Palestinians must first pursue their claims through the UN

There has been talk recently about arming the West Bank Palestinians to aid their resistance against the Israeli occupation, wrote Oraib Al Rantawi in an opinion article in the Jordanian daily Addustoor.

Iranian officials, including supreme leader Ali Khamenei, have joined the call and a few Palestinians, including Hamas leader Mahmoud Al Zahar, have pledged to achieve this goal.

Resistance in any form, including armed struggle, is a legitimate right for any people languishing under the yoke of occupation, the writer said. This right is enshrined in both divine and human law as a last option for an occupied people to reclaim what is rightfully theirs.

Calls for extending the armed resistance to the West Bank were renewed when peace negotiations hit a brick wall. The US mediator has failed to reach a compromise agreement after 20 years of talks and procrastination. The heroic struggle of the Gaza Strip against Israel’s repeated assaults over the past six years has also encouraged people in several quarters to mull that option, the writer said.

A close look at the Palestinian scene reveals that such calls have come essentially within the context of an internal Palestinian divide rather than in the face of fighting back the Israeli occupation. The “peaceful popular resistance” narrative crops up in the atmosphere of national reconciliation, while the voices in favour of arming the West Bank gain momentum during moments of political bickering between Fatah and Hamas, the writer noted.

There is consensus among Palestinians that the US-brokered peace talks have reached a deadlock. Hence the recent meeting of Arab foreign ministers in Cairo, where they agreed a draft resolution setting a deadline for Palestinian statehood and for a date to be submitted to the United Nations Security Council.

Such a step is important and must be supported, the writer said. Even assuming that such a resolution would succeed in overriding a probable American veto, it will not be sufficient to force Israel to end its long-running occupation.

More important moves are needed, including completing Palestine’s membership of world organisations and agencies, launching a wide, non-violent popular resistance along the demarcation lines in the West Bank and Jerusalem, and ending the harmful internal division.

This strategy could help the global pro-Palestine efforts that started in Sweden and have echoed in the parliaments of the UK, Spain, Ireland and France. This “international awakening”, which is likely to grow and take hold, heralds the delegitimisation of the Israeli occupation and provides an opportunity to put Israel in a situation similar to that of the South African Apartheid regime before its collapse.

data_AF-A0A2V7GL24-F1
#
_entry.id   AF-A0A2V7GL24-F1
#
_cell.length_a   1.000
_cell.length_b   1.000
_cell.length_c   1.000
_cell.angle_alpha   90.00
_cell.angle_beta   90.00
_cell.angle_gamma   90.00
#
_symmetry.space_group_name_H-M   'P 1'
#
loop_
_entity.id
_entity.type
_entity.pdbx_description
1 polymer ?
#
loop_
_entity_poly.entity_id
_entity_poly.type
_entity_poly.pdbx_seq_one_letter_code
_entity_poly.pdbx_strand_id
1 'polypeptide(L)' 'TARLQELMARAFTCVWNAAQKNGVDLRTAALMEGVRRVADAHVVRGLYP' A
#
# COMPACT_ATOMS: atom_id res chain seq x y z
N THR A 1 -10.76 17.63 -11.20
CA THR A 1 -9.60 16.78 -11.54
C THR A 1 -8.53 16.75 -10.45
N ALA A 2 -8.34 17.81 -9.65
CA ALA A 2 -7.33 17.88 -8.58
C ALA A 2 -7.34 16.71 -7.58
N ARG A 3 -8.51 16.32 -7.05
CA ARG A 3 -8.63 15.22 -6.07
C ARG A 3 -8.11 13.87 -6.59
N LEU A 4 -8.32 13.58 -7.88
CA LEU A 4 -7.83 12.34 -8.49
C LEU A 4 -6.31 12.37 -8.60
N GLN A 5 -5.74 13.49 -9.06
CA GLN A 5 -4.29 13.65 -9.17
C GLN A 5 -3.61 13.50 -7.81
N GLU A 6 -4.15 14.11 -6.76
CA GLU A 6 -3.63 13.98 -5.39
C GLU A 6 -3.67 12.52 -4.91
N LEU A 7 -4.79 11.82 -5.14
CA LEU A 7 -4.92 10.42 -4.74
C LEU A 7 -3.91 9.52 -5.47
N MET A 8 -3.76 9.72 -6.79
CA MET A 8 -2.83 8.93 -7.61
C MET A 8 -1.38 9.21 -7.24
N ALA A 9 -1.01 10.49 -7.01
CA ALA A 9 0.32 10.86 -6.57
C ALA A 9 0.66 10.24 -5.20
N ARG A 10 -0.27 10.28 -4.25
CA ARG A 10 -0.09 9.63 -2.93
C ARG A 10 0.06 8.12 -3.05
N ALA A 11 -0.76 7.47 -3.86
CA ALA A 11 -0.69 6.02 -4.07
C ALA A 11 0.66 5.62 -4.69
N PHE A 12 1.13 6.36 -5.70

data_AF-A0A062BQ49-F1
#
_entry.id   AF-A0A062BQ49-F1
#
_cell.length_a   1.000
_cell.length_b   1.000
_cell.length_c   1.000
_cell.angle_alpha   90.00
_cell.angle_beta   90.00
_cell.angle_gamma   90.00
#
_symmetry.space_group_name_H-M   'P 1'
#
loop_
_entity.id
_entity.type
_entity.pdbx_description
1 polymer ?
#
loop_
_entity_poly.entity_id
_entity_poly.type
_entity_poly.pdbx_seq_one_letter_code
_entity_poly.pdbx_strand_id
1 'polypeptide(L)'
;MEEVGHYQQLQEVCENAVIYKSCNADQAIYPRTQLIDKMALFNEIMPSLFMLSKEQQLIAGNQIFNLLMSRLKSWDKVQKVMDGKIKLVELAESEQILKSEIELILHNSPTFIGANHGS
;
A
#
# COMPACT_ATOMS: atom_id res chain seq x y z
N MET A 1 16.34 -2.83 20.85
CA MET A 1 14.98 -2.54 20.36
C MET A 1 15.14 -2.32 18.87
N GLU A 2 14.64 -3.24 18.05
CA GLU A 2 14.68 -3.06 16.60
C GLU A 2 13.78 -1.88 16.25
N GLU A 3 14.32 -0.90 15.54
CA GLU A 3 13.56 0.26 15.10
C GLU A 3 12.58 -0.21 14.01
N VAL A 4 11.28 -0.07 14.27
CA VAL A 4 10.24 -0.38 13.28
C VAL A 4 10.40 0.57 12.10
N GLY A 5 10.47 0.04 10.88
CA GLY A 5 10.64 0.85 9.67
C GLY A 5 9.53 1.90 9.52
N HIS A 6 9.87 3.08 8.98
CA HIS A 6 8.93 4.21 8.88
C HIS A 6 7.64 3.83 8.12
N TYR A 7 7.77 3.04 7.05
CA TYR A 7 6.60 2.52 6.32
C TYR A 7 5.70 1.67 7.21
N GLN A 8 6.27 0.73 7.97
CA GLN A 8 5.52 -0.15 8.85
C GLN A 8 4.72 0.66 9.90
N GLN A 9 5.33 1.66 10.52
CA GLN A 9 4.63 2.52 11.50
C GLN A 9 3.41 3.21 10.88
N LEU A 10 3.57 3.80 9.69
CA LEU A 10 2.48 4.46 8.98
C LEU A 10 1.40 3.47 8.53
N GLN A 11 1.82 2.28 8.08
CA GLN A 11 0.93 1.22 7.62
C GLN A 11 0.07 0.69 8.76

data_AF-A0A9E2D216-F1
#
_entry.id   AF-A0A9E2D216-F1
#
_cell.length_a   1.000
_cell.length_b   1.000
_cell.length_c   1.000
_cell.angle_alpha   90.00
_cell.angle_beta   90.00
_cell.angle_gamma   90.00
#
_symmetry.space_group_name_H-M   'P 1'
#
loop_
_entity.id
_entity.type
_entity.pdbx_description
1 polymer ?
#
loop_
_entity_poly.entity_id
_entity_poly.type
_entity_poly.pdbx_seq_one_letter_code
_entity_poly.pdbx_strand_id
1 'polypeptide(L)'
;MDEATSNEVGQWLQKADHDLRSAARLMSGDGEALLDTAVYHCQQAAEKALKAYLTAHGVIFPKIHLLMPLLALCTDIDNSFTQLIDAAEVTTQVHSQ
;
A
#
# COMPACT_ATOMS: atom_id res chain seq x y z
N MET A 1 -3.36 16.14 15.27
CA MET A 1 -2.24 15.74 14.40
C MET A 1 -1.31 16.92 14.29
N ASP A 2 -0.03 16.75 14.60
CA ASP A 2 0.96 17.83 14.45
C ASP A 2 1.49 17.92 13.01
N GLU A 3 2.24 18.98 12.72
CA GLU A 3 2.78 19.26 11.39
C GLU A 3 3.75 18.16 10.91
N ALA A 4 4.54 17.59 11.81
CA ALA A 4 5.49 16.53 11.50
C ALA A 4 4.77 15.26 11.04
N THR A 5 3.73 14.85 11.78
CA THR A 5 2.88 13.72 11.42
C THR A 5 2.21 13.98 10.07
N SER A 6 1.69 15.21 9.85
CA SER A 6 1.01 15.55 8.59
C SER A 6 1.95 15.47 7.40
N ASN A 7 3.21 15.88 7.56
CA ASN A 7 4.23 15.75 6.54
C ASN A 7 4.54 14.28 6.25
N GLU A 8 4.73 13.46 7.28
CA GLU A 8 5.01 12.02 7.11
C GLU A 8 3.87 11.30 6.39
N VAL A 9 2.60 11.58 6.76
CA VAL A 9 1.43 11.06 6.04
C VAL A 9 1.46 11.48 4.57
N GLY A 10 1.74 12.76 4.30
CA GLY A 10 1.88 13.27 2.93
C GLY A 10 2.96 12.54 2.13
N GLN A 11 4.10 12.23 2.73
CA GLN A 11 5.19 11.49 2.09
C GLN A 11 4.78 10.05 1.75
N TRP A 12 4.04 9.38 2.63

The Arab Spring revolutions have shown that non-violent resistance by millions of people can have immense power in changing realities.

The West-Bank-based daily Al Quds noted in an editorial that the Arab League has finally declared that it has begun talks with many countries ahead of submitting a draft resolution to the UN setting a time frame to end the Israeli occupation.

Palestinian Authority president Mahmoud Abbas has said that Palestinians have no option but to internationalise their cause and join global organisations and treaties.

Despite the importance of the political and diplomatic struggle, Israel has been scornful of resolutions from the Arab League and even the UN. It has, the newspaper said, been buoyed by the support of its greatest ally, the US, and the fuzzy stances taken by some European countries.

The paper concluded that there are several crucial questions to be answered: Do Arabs have plans other than presenting a draft resolution to the Security Council? Does the Arab League have other options in case the US and certain European countries block their efforts in the UN? Are they ready to use real tools for political pressure on Israel and the US, such as economic pressure or freezing the peace treaties with Egypt and Jordan? Can the US and Europe be told that their economic interests in the Arab region are contingent on their willingness to pressure Israel to end its occupation?

Translated by ­Abdelhafid Ezzouitni

Published: December 2, 2014 04:00 AM


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